I cannot answer your questions with any accuracy, but I am curious as to how one submits a manuscript to a publisher without that publisher knowing the phone number and address of the author. Are there publishers who accept anonymous submissions?? (I guess I must be behind the times again, as is so often the case.)
 

icerose

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Things you need to know before signing.

1-Is the company a POD (print on demand) or do they do actual print runs? If they are POD kiss bookstore shelves goodbye except if you are lucky and get in a local bookstore.

2- Marketing and promotion, what are they going to do for your book.

3- Why no advance? No advance typically means they have no faith in your book (could be wrong in this case but I am speaking in generalities)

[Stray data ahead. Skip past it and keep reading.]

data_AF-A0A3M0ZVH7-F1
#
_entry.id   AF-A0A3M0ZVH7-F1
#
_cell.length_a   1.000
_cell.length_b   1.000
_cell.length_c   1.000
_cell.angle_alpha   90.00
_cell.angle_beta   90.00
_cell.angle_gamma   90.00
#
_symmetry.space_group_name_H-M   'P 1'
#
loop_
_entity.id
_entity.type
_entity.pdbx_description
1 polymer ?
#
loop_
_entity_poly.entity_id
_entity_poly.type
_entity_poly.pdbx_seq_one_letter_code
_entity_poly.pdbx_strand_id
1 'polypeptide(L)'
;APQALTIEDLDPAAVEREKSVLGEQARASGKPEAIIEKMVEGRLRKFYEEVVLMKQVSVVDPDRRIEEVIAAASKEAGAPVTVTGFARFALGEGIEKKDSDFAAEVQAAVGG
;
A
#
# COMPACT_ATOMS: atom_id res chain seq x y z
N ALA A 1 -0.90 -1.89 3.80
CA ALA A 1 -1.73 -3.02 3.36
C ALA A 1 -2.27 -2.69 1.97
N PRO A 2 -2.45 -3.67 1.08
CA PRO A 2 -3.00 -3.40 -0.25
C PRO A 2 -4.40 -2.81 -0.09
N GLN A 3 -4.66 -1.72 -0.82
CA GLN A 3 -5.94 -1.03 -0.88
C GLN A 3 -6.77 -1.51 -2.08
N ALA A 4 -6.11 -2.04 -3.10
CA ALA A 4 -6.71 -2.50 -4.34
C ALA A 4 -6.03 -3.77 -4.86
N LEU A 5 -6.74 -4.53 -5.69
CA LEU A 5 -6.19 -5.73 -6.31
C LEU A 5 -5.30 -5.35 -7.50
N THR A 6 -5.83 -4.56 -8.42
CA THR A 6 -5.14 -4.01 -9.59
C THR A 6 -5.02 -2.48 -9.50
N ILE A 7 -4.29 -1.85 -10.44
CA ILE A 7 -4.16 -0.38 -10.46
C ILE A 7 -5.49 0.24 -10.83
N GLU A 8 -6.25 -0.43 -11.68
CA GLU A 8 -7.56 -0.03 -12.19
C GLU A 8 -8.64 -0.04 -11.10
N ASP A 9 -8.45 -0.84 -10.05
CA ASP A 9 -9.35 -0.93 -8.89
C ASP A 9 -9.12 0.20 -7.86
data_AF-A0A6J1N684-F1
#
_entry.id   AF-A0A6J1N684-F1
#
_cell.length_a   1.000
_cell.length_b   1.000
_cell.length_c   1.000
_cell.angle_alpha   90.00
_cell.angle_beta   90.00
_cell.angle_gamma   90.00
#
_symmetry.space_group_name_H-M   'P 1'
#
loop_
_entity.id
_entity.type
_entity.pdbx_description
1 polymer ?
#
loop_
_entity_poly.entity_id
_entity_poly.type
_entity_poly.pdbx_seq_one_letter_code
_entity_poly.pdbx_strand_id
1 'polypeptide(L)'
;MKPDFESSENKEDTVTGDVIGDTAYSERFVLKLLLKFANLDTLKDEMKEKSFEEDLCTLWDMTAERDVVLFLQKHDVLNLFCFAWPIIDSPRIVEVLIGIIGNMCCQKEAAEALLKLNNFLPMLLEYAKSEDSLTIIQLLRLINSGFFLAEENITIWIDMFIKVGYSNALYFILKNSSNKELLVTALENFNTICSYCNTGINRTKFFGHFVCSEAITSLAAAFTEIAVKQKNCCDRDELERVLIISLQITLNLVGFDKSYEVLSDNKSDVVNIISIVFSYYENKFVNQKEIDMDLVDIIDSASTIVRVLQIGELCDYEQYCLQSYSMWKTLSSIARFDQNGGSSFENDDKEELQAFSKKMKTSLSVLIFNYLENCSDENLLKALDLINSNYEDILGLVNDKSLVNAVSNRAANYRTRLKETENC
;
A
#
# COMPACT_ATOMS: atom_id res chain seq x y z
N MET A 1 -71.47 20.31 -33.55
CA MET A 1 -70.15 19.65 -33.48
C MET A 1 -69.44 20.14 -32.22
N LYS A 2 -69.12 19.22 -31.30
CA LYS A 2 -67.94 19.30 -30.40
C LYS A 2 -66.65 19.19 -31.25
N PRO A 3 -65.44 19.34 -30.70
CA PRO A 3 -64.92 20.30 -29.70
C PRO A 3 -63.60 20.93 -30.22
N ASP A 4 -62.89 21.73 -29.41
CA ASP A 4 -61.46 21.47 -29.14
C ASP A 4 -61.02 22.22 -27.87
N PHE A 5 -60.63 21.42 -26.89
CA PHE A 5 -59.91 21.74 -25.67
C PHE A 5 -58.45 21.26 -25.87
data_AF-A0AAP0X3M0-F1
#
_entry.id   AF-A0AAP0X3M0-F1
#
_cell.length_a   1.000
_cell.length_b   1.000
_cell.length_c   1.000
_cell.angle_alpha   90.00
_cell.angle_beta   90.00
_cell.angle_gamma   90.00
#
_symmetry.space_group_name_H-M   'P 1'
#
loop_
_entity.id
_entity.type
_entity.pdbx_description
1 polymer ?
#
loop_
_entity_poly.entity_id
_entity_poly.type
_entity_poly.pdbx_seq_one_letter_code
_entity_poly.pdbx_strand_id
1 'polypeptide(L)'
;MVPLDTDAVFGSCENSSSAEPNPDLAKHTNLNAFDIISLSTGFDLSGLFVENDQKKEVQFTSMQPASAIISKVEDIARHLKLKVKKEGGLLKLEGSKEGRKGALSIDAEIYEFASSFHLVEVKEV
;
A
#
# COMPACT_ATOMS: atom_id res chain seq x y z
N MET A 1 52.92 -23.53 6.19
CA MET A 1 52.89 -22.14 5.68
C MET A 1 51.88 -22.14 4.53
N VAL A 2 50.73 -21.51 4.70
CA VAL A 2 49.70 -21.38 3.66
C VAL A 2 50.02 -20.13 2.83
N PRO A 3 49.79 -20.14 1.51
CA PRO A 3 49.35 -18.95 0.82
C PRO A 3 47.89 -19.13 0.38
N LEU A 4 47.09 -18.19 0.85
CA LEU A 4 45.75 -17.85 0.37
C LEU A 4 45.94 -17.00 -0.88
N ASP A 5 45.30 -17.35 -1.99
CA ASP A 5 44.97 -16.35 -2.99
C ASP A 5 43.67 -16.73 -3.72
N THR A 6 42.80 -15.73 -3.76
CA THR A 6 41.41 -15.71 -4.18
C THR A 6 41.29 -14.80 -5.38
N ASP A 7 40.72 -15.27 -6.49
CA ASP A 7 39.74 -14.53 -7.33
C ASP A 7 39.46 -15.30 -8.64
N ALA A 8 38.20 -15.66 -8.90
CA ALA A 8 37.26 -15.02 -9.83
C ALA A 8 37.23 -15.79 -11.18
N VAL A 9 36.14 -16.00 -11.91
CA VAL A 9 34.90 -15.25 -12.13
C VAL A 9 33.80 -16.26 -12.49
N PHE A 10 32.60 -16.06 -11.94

4- Review copies, how many and to where are they going to send it. Why do you have to pay for galleys?

5- Distribution, through who, to what extent.

6- Why can't you sell your copies, people have no right to tell you what to do with your own personal property. If they are so worried about 5 less sales directly to them it means their sales are very low.

7- Promotion, what are they going to do to back your efforts and how much do they expect/require you to do. If they say all, run! Without their support, sales will be greatly minimalized.

8- Family, after my dealings with PA it gives me an icky feeling. Publishers are a business not a family circle and should be treated as such. It gives you a false set of trust and loyalty. Makes me want to ask, what are you hiding?

9- What and from what source are their expected sales?

10- Editing, level and scope. How long are they going to spend on your book. If they only give you a few days to run through it, they don't care about quality.